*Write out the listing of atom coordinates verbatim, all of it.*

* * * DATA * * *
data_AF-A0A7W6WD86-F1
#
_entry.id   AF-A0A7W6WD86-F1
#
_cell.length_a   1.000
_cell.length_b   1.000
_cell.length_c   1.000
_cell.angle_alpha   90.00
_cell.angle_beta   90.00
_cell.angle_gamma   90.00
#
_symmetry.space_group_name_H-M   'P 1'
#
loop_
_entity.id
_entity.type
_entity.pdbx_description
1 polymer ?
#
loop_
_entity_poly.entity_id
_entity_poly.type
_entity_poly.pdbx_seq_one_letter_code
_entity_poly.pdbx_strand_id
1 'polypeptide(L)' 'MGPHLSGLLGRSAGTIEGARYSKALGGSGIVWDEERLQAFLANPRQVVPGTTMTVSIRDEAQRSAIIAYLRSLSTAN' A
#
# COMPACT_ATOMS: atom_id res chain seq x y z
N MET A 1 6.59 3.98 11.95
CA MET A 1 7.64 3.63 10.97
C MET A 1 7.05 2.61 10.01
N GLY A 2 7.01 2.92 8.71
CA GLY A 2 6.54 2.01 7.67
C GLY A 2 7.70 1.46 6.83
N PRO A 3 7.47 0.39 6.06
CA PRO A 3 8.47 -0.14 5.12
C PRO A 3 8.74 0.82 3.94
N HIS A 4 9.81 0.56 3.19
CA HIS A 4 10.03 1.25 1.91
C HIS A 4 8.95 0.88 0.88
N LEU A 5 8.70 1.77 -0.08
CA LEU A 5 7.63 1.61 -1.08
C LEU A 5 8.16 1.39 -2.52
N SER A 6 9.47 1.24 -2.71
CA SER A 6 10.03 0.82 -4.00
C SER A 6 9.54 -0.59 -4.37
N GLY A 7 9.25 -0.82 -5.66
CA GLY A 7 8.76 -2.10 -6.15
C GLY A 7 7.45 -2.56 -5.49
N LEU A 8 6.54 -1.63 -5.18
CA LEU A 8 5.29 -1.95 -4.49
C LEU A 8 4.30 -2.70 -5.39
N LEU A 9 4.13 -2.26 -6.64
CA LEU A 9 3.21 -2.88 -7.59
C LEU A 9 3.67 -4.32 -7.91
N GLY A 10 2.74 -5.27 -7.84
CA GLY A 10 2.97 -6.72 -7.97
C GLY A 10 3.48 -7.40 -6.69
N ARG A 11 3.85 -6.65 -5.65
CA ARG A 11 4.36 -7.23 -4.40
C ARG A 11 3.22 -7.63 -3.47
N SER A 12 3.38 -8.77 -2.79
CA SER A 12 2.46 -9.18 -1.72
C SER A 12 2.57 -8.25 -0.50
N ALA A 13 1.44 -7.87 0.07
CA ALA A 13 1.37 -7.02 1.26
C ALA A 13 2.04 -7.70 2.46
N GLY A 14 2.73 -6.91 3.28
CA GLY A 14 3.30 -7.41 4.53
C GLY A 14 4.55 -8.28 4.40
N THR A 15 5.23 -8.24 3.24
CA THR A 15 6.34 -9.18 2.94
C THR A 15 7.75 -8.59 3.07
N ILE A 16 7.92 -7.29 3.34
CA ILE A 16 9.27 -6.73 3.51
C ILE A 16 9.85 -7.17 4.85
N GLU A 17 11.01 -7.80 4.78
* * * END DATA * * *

data_AF-A0A7W6WD86-F1
#
_entry.id   AF-A0A7W6WD86-F1
#
_cell.length_a   1.000
_cell.length_b   1.000
_cell.length_c   1.000
_cell.angle_alpha   90.00
_cell.angle_beta   90.00
_cell.angle_gamma   90.00
#
_symmetry.space_group_name_H-M   'P 1'
#
loop_
_entity.id
_entity.type
_entity.pdbx_description
1 polymer ?
#
loop_
_entity_poly.entity_id
_entity_poly.type
_entity_poly.pdbx_seq_one_letter_code
_entity_poly.pdbx_strand_id
1 'polypeptide(L)' 'MGPHLSGLLGRSAGTIEGARYSKALGGSGIVWDEERLQAFLANPRQVVPGTTMTVSIRDEAQRSAIIAYLRSLSTAN' A
#
# COMPACT_ATOMS: atom_id res chain seq x y z
N MET A 1 6.59 3.98 11.95
CA MET A 1 7.64 3.63 10.97
C MET A 1 7.05 2.61 10.01
N GLY A 2 7.01 2.92 8.71
CA GLY A 2 6.54 2.01 7.67
C GLY A 2 7.70 1.46 6.83
N PRO A 3 7.47 0.39 6.06
CA PRO A 3 8.47 -0.14 5.12
C PRO A 3 8.74 0.82 3.94
N HIS A 4 9.81 0.56 3.19
CA HIS A 4 10.03 1.25 1.91
C HIS A 4 8.95 0.88 0.88
N LEU A 5 8.70 1.77 -0.08
CA LEU A 5 7.63 1.61 -1.08
C LEU A 5 8.16 1.39 -2.52
N SER A 6 9.47 1.24 -2.71
CA SER A 6 10.03 0.82 -4.00
C SER A 6 9.54 -0.59 -4.37
N GLY A 7 9.25 -0.82 -5.66
CA GLY A 7 8.76 -2.10 -6.15
C GLY A 7 7.45 -2.56 -5.49
N LEU A 8 6.54 -1.63 -5.18
CA LEU A 8 5.29 -1.95 -4.49
C LEU A 8 4.30 -2.70 -5.39
N LEU A 9 4.13 -2.26 -6.64
CA LEU A 9 3.21 -2.88 -7.59
C LEU A 9 3.67 -4.32 -7.91
N GLY A 10 2.74 -5.27 -7.84
CA GLY A 10 2.97 -6.72 -7.97
C GLY A 10 3.48 -7.40 -6.69
N ARG A 11 3.85 -6.65 -5.65
CA ARG A 11 4.36 -7.23 -4.40
C ARG A 11 3.22 -7.63 -3.47
N SER A 12 3.38 -8.77 -2.79
CA SER A 12 2.46 -9.18 -1.72
C SER A 12 2.57 -8.25 -0.50
N ALA A 13 1.44 -7.87 0.07
CA ALA A 13 1.37 -7.02 1.26
C ALA A 13 2.04 -7.70 2.46
N GLY A 14 2.73 -6.91 3.28
CA GLY A 14 3.30 -7.41 4.53
C GLY A 14 4.55 -8.28 4.40
N THR A 15 5.23 -8.24 3.24
CA THR A 15 6.34 -9.18 2.94
C THR A 15 7.75 -8.59 3.07
N ILE A 16 7.92 -7.29 3.34
CA ILE A 16 9.27 -6.73 3.51
C ILE A 16 9.85 -7.17 4.85
N GLU A 17 11.01 -7.80 4.78